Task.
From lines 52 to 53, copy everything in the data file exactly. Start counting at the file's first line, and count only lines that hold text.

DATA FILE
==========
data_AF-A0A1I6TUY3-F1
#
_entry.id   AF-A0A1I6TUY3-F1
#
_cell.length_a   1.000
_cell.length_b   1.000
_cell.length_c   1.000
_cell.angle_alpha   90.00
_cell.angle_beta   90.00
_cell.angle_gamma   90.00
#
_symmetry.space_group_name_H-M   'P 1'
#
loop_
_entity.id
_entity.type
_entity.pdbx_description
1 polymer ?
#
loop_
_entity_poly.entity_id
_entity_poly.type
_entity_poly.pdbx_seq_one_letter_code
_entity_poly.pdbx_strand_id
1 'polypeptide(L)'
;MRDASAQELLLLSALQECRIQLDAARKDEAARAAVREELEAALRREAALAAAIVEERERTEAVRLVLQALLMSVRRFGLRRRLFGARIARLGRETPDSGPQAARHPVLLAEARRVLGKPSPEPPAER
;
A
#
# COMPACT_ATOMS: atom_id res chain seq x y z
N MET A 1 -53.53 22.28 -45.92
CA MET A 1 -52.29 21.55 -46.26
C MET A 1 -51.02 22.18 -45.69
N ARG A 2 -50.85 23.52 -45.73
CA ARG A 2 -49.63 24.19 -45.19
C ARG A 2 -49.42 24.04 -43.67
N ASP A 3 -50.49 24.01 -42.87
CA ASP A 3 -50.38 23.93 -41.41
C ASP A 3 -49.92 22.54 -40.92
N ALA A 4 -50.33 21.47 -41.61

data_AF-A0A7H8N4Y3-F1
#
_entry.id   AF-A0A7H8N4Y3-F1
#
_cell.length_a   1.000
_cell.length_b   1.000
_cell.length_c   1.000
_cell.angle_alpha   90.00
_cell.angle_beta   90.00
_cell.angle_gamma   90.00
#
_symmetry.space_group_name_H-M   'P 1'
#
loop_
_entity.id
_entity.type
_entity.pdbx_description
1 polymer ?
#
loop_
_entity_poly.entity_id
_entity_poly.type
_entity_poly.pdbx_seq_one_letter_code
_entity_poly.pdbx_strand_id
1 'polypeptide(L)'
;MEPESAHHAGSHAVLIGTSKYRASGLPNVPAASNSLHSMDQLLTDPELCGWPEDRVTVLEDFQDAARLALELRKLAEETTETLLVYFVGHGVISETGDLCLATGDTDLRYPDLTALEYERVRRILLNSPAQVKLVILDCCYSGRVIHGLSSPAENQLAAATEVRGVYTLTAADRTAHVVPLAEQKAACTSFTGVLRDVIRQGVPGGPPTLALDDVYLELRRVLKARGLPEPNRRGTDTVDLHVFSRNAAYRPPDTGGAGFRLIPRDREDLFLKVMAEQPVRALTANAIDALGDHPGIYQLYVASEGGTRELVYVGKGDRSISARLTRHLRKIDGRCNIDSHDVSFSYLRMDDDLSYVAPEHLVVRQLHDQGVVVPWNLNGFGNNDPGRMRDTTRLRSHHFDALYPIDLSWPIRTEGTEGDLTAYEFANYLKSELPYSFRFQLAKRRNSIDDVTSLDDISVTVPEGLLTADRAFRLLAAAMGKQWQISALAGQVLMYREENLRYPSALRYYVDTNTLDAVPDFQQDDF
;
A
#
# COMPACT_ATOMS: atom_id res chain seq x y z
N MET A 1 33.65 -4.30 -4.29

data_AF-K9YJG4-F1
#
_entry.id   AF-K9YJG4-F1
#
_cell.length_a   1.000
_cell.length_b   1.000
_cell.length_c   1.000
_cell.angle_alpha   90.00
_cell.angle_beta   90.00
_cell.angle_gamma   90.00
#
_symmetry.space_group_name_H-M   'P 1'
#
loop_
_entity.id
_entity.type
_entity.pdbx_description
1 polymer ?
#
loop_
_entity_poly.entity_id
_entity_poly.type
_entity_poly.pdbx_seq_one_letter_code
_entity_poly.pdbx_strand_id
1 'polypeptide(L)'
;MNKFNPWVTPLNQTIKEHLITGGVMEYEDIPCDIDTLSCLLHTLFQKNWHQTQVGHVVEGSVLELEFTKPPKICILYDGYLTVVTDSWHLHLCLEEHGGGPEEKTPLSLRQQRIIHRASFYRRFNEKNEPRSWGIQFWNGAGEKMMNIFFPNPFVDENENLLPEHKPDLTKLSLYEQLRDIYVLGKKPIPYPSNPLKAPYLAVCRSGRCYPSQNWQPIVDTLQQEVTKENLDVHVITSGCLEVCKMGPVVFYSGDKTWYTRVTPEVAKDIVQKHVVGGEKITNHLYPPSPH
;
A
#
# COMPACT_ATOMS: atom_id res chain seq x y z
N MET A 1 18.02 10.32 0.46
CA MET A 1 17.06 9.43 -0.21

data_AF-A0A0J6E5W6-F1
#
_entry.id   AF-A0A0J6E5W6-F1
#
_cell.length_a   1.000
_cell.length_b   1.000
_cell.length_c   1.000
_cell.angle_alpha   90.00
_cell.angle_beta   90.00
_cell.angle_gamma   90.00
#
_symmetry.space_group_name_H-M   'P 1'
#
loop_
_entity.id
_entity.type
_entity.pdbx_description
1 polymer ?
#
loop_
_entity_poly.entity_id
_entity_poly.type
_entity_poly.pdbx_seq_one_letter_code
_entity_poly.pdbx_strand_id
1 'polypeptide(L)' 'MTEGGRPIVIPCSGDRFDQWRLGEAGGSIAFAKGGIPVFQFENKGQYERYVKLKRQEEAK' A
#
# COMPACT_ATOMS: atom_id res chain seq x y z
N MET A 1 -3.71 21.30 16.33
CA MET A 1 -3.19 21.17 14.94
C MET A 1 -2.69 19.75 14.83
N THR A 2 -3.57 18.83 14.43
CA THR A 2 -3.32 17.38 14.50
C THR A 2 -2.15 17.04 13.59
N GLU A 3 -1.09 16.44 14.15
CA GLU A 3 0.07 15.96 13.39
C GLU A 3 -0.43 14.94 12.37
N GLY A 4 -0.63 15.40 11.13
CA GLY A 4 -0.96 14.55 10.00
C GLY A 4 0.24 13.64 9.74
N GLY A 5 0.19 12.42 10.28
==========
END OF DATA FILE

_symmetry.space_group_name_H-M   'P 1'
#